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TBoner
02-14-2007, 18:48
I've been pondering proof lately. More specifically, I've been considering what the perfect proof might be.

I know, I know, there are different proofs that are suited to different taste profiles, ages of whiskey, times of day or year, etc. And I know there have been interesting discussions of why various proofs exist in the past (though those threads are closed now). But I still think there are some interesting things to hash out here.

First, it's my understanding that our 100 proof is basically the result of a corruption and/or misinterpretation of the old Sykes system, under which 57 percent alcohol was considered 100 proof. The only common bottling I could think of that comes in at 57% is OGD114, which I consider a terrific pour at a terrific proof. That said, some truly great bourbons are never or rarely at 114-proof (specifically, it seems WT enters the barrel at about 110 most of the time), so I'd hesitate to use 114 as any kind of magic number (not to mention the fact that the Sykes system was in place mostly for tax purposes as I understand it).

Second, I will say that I tend to enjoy most of my bourbon at 100/101, and nearly every "favorite" I have (WT 101, Knob Creek, OGDBIB) is at this proof. This could be attributable to several factors, though, that are unrelated to proof. 100-proofs tend to be bonds and/or small-batch, for instance. And nearly every company that has a 101-proof has a lower-shelf bourbon at a lower proof, meaning their better whiskey's going into the 101.

Also, I will acknowledge that I love Stagg, Booker's, etc. In other words, I'm not opposed to high-barrel-proof (though I will add three drops of water to open up the nose) whiskey. I think this stuff has its place, but it's certainly not the sort of thing I'd drink as often as it's 100-proof brethren (Knob Creek for instance).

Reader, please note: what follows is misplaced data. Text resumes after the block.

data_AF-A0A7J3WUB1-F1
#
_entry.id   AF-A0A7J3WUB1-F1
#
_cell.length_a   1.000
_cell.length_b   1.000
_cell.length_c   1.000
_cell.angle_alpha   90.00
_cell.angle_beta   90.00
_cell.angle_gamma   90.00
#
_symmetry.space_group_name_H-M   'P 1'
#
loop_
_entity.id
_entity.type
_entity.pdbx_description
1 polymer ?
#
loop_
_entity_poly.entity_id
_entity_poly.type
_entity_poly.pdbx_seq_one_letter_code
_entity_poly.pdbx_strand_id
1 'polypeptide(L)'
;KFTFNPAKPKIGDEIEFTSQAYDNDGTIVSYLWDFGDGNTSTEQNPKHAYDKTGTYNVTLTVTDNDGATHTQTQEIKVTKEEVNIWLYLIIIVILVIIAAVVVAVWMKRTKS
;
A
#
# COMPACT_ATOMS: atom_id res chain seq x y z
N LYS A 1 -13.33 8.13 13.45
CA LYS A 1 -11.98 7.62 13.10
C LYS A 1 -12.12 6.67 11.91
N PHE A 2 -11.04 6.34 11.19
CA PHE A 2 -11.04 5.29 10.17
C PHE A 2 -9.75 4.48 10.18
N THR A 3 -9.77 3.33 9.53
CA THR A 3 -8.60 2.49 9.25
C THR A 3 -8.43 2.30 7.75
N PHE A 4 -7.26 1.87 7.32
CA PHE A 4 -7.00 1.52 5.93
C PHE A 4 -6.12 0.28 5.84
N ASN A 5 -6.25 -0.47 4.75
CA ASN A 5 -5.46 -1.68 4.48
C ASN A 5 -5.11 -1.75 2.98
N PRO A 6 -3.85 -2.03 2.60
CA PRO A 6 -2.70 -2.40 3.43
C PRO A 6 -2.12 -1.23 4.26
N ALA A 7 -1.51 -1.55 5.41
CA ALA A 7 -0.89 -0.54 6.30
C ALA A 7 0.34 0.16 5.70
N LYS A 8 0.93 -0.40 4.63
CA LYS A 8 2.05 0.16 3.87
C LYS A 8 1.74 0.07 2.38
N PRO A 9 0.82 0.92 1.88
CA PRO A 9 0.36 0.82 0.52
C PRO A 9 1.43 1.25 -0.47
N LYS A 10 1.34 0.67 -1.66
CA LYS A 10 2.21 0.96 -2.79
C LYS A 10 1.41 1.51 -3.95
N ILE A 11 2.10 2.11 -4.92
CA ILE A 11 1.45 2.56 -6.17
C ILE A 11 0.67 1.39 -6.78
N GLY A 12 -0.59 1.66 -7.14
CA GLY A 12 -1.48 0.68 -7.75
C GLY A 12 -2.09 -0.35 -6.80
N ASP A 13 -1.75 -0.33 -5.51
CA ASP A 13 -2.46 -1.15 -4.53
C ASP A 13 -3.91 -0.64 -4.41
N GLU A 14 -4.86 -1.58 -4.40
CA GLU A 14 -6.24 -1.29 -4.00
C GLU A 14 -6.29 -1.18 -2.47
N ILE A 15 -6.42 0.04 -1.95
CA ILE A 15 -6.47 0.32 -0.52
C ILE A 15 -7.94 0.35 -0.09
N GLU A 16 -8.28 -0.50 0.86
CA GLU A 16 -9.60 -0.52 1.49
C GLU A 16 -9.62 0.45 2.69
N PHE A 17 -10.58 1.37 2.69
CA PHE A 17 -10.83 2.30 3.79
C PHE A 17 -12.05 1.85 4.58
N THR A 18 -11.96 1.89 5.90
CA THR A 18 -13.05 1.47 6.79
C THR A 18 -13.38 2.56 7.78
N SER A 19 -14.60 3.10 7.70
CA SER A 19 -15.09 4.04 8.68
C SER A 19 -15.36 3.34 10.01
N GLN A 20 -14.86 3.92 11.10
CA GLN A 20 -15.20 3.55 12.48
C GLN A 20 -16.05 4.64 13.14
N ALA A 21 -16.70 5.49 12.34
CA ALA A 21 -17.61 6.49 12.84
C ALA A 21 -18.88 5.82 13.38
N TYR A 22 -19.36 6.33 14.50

Clearly, Julian Van Winkle seems to have an affinity for 107-proof, and who am I to argue? ORVW, PVW, Weller 107, et al. are terrific at 107, as is Baker's from Beam. And there is something perfectly warming on an autumn day about nearly every 107-proof whiskey I can think of.

Now, I recognize that all of the above doesn't really account for factors such as age relative to proof (consider the superiority of Weller 107 to Weller SR at the same age) or barrel selection.

But I guess what I'm getting at is that there does seem to be some sort of common thread here. I rarely have an 80-proof bourbon I'd want to pour with regularity, occasionally an 86-proofer, but find most bourbon isn't really balanced with respect to mouthfeel or flavor profile below 90-proof. Even at 90-proof, there aren't too many whiskeys that take much age before the wood dominates, though there are more examples than maybe there used to be. Between 90 and 100 proof, there are some terrific pours. But for me, the sweet spot is about 100(/101) proof. Whether this is due to other factors besides proof or not, I obviously can't say for sure, but I'd say probably not.

There are other oddball proofs, too, such as Fighting Cock at 103 and some of the "point-proofs" (Thedford at 94.2, etc.), and clearly bottlers are choosing barrel or batch profile with a bottling proof in mind to balance the flavors, but in the end, 100-proof seems right to me: enough dancing on the tongue and complexity to balance even the sweetest whiskey, but allowing the true flavor of the bourbon to come through without being overshadowed by alcohol.

What do you guys think? Is there a perfect proof? What if you had to choose a proof at which to drink?

Jazzhead
02-14-2007, 19:20
Great post, TBoner! I find myself to be much the same as you - most of my favorites are 100/101 proof. You're right - the alcohol doesn't overpower, but obviously it's warmth and kick are there. And the flavor of the whiskey is undiminished, if not enhanced. A 100 proof spirit tastes creamier than an 80 proof pour, if that's the right word, a more substantial mouth feel.